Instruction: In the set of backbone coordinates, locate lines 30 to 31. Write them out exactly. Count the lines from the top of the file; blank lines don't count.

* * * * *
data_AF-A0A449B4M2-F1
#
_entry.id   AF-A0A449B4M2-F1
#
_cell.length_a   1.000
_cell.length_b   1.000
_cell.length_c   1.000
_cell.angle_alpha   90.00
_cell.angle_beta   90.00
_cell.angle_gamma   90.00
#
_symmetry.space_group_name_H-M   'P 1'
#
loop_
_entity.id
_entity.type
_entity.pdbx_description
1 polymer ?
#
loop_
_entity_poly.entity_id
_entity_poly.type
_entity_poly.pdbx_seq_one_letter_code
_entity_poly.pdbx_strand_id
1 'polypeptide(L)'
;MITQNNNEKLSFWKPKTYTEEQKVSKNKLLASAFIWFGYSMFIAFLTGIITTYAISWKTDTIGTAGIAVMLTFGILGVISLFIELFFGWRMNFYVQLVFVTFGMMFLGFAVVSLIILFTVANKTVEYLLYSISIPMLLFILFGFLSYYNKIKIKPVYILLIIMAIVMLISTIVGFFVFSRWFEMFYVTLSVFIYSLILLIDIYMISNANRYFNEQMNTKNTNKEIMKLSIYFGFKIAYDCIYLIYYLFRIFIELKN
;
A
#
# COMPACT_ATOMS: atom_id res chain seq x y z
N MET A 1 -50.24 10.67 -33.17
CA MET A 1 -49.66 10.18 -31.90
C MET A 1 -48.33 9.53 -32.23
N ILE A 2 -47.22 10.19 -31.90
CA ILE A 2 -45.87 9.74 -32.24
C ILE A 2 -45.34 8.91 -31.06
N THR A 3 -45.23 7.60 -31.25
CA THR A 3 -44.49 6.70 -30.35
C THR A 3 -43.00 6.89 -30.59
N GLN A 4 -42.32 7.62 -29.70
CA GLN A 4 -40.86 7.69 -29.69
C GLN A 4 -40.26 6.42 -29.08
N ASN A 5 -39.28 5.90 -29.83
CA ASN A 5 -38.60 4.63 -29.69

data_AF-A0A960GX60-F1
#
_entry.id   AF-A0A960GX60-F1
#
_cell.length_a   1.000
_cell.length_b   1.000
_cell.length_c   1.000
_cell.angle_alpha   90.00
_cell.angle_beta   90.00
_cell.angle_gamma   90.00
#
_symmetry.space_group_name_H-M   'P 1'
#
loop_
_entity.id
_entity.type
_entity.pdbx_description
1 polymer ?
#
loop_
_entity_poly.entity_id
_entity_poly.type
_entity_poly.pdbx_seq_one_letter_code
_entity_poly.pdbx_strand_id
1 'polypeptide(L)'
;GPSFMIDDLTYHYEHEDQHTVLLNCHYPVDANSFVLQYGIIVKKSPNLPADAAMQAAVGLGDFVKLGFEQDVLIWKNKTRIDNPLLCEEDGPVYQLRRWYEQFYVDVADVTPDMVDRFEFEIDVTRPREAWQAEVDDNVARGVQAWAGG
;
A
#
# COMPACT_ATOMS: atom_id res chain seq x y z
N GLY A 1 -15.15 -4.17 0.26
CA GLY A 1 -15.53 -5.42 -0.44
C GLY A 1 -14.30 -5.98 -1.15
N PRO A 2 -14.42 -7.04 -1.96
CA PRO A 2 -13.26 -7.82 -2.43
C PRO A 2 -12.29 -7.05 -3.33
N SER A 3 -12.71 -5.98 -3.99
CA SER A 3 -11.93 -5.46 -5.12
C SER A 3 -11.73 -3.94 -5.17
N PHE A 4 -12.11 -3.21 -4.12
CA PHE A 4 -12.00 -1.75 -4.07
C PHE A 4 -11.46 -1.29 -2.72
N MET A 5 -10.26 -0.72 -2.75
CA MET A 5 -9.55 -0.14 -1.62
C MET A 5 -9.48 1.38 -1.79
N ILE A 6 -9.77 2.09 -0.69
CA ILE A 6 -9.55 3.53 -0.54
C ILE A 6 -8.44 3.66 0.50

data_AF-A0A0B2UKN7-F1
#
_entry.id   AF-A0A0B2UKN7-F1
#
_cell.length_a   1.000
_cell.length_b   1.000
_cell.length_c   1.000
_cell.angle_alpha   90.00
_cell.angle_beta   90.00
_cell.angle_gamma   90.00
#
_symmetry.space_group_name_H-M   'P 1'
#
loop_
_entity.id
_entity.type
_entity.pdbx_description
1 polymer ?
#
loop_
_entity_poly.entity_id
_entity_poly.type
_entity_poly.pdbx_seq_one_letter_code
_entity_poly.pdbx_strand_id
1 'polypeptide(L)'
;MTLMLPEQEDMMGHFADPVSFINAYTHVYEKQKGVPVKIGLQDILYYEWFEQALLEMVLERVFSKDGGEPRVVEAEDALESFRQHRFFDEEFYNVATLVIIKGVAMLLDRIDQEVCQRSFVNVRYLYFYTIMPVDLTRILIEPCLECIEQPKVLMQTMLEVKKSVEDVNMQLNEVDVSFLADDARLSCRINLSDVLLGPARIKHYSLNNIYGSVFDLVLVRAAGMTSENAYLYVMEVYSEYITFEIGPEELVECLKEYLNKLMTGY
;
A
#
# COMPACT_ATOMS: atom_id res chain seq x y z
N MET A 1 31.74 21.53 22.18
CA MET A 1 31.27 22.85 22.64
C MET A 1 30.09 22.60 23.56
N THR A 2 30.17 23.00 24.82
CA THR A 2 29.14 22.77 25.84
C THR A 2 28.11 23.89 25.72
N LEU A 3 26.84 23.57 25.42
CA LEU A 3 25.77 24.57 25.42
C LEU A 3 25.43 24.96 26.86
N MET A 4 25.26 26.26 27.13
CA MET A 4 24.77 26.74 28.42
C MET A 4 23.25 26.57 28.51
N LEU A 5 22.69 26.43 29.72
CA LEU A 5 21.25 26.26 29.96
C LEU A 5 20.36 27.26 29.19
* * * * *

# COMPACT_ATOMS: atom_id res chain seq x y z
N MET A 1 -50.24 10.67 -33.17